If there’s one easy to prediction to make for 2018, it’s that the ETF will continue raking in billions of dollars in net flows. In 2017, U.S. listed ETFs will take in just short of $500 billion, mostly at the expense of the mutual fund industry and higher cost actively managed products. Low costs have been a key driver of the massive growth in ETFs, but so has the emergence of so-called “smart beta” products, funds that essentially combine the better features of both passive and active strategies, and have allowed easy investment in just about any segment of the market imaginable.

While most investor money is likely go into the biggest and cheapest ETFs, the biggest winners of 2018 are likely to come out of the smart beta space. 2017 was the year that you could make money by investing in just about anything, but I think investors will need to be more selective in 2018 to generate returns. The stock market rode the wave of low interest rates, strong year-over-year earnings growth and corporate tax reform to 20% gains in the S&P 500 (SPY), the 9th year in a row of positive returns. Given that they expect the wave to continue, several analysts are already making calls for 3000 on the S&P 500, but I’m more on the cautious side. In my “Positions for 2018” piece on Seeking Alpha, I called for a 4% total return on the S&P 500, which would work out to a price target of around 2750.

Why am I on the low end of expectations? Interest rates and volatility mainly. Higher valuations can be justified if you’ve got an economy that is roaring right along coupled with low interest rates. But we’re looking at three, maybe even four, rate hikes in 2018. If that happens, in theory, then valuations should start to contract, and investors may begin looking for bargains instead of growth stories. I’m also concerned about how investors will handle a sustained uptick in volatility. The VIX has been under 12 for most of the year, which means investors have enjoyed a slow, steady march higher. When volatility picks up, are some of those investors, who wanted to get in so they didn’t miss out on further gains, going to get spooked and head for the exits? Will those billions of dollars in equity ETF flows start to slow or even turn negative? The answer to the latter is probably no, but we’re not sure yet about the former or how it could impact the markets.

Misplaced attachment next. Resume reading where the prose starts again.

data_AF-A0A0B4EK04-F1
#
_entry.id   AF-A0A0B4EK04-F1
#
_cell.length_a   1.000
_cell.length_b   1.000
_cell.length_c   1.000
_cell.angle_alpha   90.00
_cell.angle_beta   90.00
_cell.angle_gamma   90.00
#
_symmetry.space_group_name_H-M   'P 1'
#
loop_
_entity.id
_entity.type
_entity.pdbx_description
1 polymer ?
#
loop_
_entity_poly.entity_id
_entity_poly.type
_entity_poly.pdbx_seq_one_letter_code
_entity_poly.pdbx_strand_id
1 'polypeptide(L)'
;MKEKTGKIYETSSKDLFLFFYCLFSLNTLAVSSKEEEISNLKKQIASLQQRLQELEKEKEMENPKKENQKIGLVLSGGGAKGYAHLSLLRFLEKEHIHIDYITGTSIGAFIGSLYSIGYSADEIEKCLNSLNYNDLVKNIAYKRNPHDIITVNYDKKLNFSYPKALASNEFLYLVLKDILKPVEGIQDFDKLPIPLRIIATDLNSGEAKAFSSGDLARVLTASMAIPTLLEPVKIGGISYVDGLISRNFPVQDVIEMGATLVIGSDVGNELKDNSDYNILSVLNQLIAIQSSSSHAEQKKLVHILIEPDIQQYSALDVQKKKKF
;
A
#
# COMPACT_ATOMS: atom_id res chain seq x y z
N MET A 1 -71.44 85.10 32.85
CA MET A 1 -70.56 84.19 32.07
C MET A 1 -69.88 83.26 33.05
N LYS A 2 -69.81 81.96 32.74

With that being said, here are my five smart beta ETFs to position yourself for this and other trends as we head into 2018.

Vanguard Value ETF (VTV)

If you believe, like I do, that value will outperform growth and momentum in 2018, it’s best to stick with a fund that employs a broad value-based strategy at a really low cost. Value can be defined many ways, but this ETF uses a more traditional definition by looking at metrics, such as price/earnings, price/book and price/sales, as well as dividend yield. What you end up with is a fund that carries a P/E of around 20, compared to 23 for the broader S&P 500, and a yield of nearly 2.4%.

We’ve seen the beginnings of a potential switch from growth to value already. Over the past month, the Vanguard Value ETF has returned 5%, compared to a 1.6% return for the Vanguard Growth ETF (VUG). Over the same time frame, the iShares Edge MSCI USA Value Factor ETF (VLUE) has performed best out of the four major factors, while the Momentum Factor ETF (MTUM), the undisputed leader for 2017 as a whole, came in last.